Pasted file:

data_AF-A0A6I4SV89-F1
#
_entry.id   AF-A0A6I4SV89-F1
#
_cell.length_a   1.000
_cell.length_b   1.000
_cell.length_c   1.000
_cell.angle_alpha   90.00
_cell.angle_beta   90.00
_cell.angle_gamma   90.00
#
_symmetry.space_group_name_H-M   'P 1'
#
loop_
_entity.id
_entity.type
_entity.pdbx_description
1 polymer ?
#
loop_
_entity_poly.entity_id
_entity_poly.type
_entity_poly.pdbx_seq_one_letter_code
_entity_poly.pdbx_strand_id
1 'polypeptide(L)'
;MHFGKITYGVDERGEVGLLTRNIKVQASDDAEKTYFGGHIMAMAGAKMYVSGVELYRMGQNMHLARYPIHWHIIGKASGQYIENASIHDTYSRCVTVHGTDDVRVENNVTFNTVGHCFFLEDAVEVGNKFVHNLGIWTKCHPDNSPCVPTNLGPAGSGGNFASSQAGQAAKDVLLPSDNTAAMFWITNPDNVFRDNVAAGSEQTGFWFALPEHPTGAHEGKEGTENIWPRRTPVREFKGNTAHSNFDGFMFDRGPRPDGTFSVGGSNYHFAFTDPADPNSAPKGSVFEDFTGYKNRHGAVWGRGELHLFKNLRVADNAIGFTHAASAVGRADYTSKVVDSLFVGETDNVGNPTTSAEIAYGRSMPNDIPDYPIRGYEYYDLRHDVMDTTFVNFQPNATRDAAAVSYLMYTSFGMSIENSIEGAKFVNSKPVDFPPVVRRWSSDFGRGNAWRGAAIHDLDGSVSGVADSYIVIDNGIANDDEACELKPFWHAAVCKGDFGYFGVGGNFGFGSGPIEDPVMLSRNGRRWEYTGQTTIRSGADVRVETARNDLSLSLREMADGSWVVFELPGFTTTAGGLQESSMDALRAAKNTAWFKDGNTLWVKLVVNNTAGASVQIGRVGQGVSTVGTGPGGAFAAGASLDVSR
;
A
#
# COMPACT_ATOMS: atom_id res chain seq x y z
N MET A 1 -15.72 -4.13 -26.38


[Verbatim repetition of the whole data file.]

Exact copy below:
data_AF-A0A6I4SV89-F1
#
_entry.id   AF-A0A6I4SV89-F1
#
_cell.length_a   1.000
_cell.length_b   1.000
_cell.length_c   1.000
_cell.angle_alpha   90.00
_cell.angle_beta   90.00
_cell.angle_gamma   90.00
#
_symmetry.space_group_name_H-M   'P 1'
#
loop_
_entity.id
_entity.type
_entity.pdbx_description
1 polymer ?
#
loop_
_entity_poly.entity_id
_entity_poly.type
_entity_poly.pdbx_seq_one_letter_code
_entity_poly.pdbx_strand_id
1 'polypeptide(L)'
;MHFGKITYGVDERGEVGLLTRNIKVQASDDAEKTYFGGHIMAMAGAKMYVSGVELYRMGQNMHLARYPIHWHIIGKASGQYIENASIHDTYSRCVTVHGTDDVRVENNVTFNTVGHCFFLEDAVEVGNKFVHNLGIWTKCHPDNSPCVPTNLGPAGSGGNFASSQAGQAAKDVLLPSDNTAAMFWITNPDNVFRDNVAAGSEQTGFWFALPEHPTGAHEGKEGTENIWPRRTPVREFKGNTAHSNFDGFMFDRGPRPDGTFSVGGSNYHFAFTDPADPNSAPKGSVFEDFTGYKNRHGAVWGRGELHLFKNLRVADNAIGFTHAASAVGRADYTSKVVDSLFVGETDNVGNPTTSAEIAYGRSMPNDIPDYPIRGYEYYDLRHDVMDTTFVNFQPNATRDAAAVSYLMYTSFGMSIENSIEGAKFVNSKPVDFPPVVRRWSSDFGRGNAWRGAAIHDLDGSVSGVADSYIVIDNGIANDDEACELKPFWHAAVCKGDFGYFGVGGNFGFGSGPIEDPVMLSRNGRRWEYTGQTTIRSGADVRVETARNDLSLSLREMADGSWVVFELPGFTTTAGGLQESSMDALRAAKNTAWFKDGNTLWVKLVVNNTAGASVQIGRVGQGVSTVGTGPGGAFAAGASLDVSR
;
A
#
# COMPACT_ATOMS: atom_id res chain seq x y z
N MET A 1 -15.72 -4.13 -26.38